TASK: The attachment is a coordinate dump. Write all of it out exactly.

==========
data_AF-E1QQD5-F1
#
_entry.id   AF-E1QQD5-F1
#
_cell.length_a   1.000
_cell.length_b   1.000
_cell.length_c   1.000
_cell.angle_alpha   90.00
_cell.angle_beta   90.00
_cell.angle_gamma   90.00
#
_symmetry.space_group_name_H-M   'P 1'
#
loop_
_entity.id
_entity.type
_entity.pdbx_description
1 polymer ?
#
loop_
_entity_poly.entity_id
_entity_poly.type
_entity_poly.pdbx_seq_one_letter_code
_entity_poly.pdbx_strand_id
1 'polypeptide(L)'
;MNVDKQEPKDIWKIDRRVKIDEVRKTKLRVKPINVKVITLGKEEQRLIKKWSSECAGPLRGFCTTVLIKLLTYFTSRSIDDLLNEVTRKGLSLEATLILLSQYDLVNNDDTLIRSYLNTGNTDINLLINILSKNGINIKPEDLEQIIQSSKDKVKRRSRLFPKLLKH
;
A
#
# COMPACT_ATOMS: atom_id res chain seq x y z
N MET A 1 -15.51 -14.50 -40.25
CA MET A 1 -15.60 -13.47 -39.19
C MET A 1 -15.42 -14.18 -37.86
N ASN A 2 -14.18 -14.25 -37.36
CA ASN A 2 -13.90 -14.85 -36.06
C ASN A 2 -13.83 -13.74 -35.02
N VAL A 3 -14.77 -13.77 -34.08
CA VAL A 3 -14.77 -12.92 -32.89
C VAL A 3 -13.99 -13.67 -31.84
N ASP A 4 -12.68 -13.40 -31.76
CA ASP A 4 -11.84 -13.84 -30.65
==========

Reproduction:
data_AF-E1QQD5-F1
#
_entry.id   AF-E1QQD5-F1
#
_cell.length_a   1.000
_cell.length_b   1.000
_cell.length_c   1.000
_cell.angle_alpha   90.00
_cell.angle_beta   90.00
_cell.angle_gamma   90.00
#
_symmetry.space_group_name_H-M   'P 1'
#
loop_
_entity.id
_entity.type
_entity.pdbx_description
1 polymer ?
#
loop_
_entity_poly.entity_id
_entity_poly.type
_entity_poly.pdbx_seq_one_letter_code
_entity_poly.pdbx_strand_id
1 'polypeptide(L)'
;MNVDKQEPKDIWKIDRRVKIDEVRKTKLRVKPINVKVITLGKEEQRLIKKWSSECAGPLRGFCTTVLIKLLTYFTSRSIDDLLNEVTRKGLSLEATLILLSQYDLVNNDDTLIRSYLNTGNTDINLLINILSKNGINIKPEDLEQIIQSSKDKVKRRSRLFPKLLKH
;
A
#
# COMPACT_ATOMS: atom_id res chain seq x y z
N MET A 1 -15.51 -14.50 -40.25
CA MET A 1 -15.60 -13.47 -39.19
C MET A 1 -15.42 -14.18 -37.86
N ASN A 2 -14.18 -14.25 -37.36
CA ASN A 2 -13.90 -14.85 -36.06
C ASN A 2 -13.83 -13.74 -35.02
N VAL A 3 -14.77 -13.77 -34.08
CA VAL A 3 -14.77 -12.92 -32.89
C VAL A 3 -13.99 -13.67 -31.84
N ASP A 4 -12.68 -13.40 -31.76
CA ASP A 4 -11.84 -13.84 -30.65